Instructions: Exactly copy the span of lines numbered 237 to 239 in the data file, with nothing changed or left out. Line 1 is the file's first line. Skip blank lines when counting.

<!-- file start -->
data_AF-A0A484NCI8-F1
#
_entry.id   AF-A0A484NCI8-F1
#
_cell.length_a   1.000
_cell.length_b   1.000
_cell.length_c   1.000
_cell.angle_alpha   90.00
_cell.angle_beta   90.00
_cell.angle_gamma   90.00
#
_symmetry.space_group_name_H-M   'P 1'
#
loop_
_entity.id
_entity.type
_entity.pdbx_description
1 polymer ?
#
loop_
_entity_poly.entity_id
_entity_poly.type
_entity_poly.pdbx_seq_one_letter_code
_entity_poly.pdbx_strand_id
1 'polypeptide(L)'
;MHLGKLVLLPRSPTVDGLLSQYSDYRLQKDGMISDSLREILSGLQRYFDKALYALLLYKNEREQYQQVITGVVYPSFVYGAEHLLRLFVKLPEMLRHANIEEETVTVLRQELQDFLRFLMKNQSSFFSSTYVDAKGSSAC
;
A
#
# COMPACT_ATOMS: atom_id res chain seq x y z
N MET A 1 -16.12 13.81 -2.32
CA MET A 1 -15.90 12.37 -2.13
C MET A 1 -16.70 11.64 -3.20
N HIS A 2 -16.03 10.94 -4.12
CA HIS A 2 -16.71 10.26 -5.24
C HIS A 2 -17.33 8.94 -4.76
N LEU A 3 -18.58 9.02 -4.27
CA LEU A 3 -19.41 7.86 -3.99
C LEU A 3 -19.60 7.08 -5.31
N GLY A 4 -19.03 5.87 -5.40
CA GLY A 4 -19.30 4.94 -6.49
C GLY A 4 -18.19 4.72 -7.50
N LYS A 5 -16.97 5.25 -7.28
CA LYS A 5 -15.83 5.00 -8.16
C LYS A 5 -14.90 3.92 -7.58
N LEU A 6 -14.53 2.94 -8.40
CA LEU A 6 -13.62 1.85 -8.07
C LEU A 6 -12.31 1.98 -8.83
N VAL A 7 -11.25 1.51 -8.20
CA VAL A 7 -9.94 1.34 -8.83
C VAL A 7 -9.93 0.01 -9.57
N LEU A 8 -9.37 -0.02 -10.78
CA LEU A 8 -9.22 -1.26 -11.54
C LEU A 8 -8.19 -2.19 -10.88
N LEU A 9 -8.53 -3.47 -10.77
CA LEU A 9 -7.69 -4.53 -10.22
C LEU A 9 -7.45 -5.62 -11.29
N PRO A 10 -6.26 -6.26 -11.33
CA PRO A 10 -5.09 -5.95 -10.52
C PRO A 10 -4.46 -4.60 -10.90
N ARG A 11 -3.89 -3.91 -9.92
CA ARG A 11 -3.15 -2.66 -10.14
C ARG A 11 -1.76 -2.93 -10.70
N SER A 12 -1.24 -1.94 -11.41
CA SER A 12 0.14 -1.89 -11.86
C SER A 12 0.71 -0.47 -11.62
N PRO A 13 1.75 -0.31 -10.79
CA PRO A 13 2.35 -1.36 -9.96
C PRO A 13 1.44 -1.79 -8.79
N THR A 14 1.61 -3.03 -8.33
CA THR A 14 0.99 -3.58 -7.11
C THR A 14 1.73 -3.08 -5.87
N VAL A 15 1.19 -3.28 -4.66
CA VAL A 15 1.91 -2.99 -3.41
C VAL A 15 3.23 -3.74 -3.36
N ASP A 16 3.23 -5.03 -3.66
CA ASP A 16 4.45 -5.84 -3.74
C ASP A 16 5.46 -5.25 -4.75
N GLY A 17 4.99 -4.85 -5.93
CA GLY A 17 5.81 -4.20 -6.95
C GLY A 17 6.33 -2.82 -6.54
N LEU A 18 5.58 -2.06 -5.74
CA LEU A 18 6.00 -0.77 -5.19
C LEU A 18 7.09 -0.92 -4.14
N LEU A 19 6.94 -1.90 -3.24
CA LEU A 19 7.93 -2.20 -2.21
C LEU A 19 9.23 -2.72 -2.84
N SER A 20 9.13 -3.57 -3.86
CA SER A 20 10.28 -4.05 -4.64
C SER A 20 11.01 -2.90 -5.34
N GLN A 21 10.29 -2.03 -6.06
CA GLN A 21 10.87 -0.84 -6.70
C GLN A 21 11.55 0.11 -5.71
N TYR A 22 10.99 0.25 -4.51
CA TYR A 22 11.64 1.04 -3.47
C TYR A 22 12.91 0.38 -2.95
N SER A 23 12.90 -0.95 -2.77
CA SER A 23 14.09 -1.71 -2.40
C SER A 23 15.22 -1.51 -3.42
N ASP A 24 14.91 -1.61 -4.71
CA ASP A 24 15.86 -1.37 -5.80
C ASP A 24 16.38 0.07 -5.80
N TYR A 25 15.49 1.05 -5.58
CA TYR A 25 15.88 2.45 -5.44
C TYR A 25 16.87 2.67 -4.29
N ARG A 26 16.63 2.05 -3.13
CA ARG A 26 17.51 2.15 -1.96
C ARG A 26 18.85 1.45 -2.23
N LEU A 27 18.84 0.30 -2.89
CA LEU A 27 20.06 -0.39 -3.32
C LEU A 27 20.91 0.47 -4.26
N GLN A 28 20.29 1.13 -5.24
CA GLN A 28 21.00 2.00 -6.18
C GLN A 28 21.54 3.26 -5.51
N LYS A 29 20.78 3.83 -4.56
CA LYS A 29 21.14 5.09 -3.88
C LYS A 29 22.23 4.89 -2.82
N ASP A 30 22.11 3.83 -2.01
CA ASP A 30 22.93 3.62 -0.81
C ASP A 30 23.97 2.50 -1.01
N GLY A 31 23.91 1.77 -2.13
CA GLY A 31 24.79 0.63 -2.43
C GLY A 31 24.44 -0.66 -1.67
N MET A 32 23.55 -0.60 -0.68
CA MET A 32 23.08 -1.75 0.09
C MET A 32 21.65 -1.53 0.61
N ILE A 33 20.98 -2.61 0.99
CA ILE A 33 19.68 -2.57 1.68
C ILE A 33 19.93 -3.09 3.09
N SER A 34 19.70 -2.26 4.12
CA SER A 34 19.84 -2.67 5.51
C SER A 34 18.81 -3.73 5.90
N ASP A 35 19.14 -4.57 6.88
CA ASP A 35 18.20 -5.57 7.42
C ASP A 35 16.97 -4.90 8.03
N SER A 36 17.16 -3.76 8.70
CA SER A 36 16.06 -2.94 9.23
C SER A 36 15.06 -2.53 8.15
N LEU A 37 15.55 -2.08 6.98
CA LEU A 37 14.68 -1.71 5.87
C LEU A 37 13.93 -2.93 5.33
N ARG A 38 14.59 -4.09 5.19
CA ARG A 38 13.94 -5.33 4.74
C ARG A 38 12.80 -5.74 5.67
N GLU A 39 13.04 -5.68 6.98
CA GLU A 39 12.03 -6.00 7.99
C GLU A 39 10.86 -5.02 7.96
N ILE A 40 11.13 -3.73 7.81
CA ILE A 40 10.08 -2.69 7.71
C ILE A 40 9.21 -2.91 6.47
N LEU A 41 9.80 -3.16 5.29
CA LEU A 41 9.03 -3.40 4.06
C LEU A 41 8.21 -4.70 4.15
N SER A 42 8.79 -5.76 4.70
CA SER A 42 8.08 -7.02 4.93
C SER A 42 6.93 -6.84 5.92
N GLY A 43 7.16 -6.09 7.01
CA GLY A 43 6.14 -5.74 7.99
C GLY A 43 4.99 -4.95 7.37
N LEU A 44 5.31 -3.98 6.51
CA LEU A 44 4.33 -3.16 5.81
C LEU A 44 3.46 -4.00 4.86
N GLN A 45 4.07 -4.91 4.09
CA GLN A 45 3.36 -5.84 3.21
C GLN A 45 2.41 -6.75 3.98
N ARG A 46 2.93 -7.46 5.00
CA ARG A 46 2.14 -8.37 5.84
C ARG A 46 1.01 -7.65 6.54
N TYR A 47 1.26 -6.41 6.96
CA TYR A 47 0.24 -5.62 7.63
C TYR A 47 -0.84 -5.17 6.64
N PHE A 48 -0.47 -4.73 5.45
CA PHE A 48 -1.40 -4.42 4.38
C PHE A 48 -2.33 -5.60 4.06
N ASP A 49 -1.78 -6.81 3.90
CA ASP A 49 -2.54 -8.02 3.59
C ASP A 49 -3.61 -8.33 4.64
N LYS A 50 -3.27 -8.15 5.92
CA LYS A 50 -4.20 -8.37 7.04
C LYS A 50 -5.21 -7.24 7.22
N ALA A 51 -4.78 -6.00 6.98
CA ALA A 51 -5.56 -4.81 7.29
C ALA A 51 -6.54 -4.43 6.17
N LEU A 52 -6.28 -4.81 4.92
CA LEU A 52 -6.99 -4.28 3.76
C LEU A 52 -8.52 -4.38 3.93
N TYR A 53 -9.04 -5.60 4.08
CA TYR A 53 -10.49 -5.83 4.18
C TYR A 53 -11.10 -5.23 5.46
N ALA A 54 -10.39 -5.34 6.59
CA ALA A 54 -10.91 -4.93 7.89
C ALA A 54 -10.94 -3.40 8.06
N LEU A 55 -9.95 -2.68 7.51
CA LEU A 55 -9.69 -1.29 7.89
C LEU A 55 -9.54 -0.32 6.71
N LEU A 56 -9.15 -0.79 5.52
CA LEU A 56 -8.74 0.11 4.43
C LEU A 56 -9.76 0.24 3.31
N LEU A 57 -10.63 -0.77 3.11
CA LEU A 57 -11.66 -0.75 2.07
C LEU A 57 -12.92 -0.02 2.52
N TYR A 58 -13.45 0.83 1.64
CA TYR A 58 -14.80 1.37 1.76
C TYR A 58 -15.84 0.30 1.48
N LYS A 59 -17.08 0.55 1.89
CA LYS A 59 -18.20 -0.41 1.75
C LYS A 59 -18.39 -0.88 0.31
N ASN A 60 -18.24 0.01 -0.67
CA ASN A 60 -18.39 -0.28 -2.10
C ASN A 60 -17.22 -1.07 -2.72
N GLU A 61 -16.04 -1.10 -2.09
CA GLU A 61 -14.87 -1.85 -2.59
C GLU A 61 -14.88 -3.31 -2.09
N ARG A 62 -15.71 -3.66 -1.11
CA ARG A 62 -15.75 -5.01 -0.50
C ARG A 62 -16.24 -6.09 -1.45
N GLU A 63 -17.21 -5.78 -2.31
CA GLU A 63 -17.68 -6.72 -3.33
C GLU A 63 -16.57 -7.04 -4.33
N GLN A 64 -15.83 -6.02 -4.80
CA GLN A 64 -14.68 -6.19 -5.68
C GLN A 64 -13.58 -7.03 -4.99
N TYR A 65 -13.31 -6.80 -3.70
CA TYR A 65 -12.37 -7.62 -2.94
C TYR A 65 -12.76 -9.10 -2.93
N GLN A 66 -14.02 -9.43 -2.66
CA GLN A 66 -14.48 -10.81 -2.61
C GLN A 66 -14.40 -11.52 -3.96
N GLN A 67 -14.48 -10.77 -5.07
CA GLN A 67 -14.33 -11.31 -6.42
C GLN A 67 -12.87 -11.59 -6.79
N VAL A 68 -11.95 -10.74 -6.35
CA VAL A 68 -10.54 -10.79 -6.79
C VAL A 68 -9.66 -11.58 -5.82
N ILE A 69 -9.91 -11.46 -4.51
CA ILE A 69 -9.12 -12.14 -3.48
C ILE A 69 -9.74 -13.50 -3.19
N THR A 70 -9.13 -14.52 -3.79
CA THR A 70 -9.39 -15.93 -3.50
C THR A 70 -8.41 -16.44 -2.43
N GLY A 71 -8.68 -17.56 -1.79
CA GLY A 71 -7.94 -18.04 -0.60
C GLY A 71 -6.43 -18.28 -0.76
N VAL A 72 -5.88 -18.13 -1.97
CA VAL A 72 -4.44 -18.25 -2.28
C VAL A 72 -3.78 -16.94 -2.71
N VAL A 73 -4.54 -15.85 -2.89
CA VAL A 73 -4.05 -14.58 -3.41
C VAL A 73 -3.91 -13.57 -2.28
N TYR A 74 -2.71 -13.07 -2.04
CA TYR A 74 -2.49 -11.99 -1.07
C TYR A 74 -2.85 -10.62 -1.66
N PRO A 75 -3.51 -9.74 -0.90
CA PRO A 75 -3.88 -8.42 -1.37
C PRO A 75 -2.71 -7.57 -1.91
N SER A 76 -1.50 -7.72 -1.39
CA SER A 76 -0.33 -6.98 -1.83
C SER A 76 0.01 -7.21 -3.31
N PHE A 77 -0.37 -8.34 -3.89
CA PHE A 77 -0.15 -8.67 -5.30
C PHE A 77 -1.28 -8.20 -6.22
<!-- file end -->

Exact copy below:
C ILE A 69 -9.74 -13.50 -3.19
N THR A 70 -9.13 -14.52 -3.79
CA THR A 70 -9.39 -15.93 -3.50